Annotate this Case
76 U.S. 522 (1869)
U.S. Supreme Court
The Alleghany, 76 U.S. 9 Wall. 522 522 (1869)
76 U.S. (9 Wall.) 522
A steam vessel entering a short, narrow, and artificial channel, in some parts shoal, such as the "Straight Cut" at Milwaukee, in which it is liable to meet tugs coming from the other end with tows, is bound to exercise caution as to the way it enters and proceeds and to have and keep itself, both as to course and rate and speed, entirely under control.
The owners of the schooner Winslow libeled the propeller Alleghany in the District Court for Wisconsin, to recover compensation for a collision by which the schooner had been greatly injured and sunk. The catastrophe occurred on a mild morning of May, when there was no wind, and nothing to obstruct the vision of those who had charge of the propeller, in what is known as the "Straight Cut" at Milwaukee, a sort of canal which makes the harbor entrance from the Milwaukee River to Lake Michigan, and of which an idea will perhaps be conveyed by a diagram on page <|76 U.S. 523|>523.
Although the testimony was in some particulars very conflicting, the controlling facts were either admitted in the answer, or were satisfactorily proved.
The cut is eleven hundred and fifty feet in length, and about two hundred and sixty feet in width between its piers. Its course is from east to west, and it enters the river nearly at right angles. At its west end, though between the piers, there is a bar extending inward from the north pier toward the middle of the cut, and, of course, reducing the depth of the water. The schooner had left her dock in the river, and she was proceeding out through the cut into the lake, in tow of the steam tug Muir, and about twenty-five feet astern of the tug. Shortly after leaving the dock, the propeller was seen entering the eastern end of the cut from the lake, and the tug signaled to her by one whistle to keep to the starboard or north side. To this signal the propeller responded by a similar signal, thus announcing an intention to pass the tug and the schooner on their port side. A second signal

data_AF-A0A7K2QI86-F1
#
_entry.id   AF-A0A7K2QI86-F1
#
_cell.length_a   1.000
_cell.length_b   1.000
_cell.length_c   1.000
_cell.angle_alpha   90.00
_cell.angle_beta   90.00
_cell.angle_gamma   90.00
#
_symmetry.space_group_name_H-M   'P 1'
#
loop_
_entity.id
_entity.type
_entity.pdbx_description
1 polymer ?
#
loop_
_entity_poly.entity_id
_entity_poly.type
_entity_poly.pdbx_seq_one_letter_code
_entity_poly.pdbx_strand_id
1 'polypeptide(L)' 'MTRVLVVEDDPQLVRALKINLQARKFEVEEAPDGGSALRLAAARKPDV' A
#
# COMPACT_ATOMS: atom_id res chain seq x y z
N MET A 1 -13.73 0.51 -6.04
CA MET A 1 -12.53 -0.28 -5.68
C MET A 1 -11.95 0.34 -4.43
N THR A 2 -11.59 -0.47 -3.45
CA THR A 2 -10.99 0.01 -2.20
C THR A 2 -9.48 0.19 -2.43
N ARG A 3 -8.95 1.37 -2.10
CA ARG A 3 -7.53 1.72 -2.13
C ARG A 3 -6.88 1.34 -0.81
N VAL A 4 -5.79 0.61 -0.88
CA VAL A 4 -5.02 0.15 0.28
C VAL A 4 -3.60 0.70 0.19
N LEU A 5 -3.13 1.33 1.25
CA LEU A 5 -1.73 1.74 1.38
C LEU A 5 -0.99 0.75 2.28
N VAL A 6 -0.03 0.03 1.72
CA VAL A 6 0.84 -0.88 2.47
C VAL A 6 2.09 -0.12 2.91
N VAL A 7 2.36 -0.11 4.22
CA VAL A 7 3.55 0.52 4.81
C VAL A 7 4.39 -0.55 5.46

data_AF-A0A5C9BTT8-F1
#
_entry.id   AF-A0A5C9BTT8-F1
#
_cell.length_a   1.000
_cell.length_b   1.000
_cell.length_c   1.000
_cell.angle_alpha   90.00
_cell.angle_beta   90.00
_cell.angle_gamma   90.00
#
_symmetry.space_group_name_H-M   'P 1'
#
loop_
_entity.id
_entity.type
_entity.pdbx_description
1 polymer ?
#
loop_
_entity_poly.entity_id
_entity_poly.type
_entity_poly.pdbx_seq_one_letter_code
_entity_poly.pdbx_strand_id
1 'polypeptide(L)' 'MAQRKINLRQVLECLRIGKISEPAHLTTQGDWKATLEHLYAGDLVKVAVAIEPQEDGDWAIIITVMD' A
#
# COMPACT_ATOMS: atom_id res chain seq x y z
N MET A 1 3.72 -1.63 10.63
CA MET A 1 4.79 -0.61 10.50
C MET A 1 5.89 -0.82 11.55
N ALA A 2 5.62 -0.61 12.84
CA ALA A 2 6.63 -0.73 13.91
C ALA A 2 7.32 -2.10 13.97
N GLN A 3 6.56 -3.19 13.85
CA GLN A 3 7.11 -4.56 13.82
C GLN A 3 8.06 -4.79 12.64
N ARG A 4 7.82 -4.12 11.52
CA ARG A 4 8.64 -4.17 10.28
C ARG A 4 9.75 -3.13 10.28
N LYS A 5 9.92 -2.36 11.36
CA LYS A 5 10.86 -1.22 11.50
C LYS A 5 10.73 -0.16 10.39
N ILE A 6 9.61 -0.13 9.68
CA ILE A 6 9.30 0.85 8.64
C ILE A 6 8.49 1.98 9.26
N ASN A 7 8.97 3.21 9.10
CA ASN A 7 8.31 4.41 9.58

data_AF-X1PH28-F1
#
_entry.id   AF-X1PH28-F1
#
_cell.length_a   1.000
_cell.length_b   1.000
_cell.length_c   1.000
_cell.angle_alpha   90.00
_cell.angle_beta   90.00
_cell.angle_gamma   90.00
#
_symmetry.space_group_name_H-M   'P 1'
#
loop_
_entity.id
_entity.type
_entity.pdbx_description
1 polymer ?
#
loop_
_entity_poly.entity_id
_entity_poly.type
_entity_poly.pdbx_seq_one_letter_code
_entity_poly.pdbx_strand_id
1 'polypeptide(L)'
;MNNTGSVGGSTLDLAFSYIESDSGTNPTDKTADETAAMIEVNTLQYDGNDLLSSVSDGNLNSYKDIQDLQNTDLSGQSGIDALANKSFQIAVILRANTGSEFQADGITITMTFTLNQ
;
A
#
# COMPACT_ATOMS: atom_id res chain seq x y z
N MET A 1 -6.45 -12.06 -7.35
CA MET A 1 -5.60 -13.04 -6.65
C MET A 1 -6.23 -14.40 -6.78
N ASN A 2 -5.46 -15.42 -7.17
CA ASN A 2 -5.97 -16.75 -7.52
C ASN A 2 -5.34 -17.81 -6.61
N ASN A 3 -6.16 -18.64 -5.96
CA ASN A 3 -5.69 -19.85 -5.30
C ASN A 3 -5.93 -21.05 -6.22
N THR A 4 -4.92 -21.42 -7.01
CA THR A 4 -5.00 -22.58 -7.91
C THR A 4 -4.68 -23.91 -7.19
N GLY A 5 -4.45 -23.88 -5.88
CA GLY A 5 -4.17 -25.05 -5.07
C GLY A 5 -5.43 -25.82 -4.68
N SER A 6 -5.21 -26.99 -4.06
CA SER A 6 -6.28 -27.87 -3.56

to the same effect was given by the tug when the vessels were nearer each other, but to this no answer was returned.
The collision took place shortly after, soon after the tug had entered the cut, when she was still headed toward the south pier, and before she had been able to straighten out her tow. The exact place of the collision was not certainly established, but it was clearly south of the middle of the cut, and not far from its western entrance. Its effect was to break in the bow of the schooner, and sink her in fifteen minutes. The propeller entered the cut at a high rate of speed. She had been racing on the lake to reach the entrance in advance of another vessel, and, according to the answer made to the libel, she was running eight miles an hour when she entered. She did not shut off her steam at all until within half her length of the piers, and then only partially. Her steam was
not entirely shut off until she had proceeded a considerable distance within the cut. She steered wildly, not obeying her helm. Her speed was too great for proper steering in shallow water, considering her draught. She kept on, however, in the middle, between the piers, instead of stopping or moving to the north side of the cut, as she had signified her intention to move by her answer to the tug's signal.
The district court decreed against the propeller, and on appeal the circuit court did the same.
Her owners now appealed to this Court.
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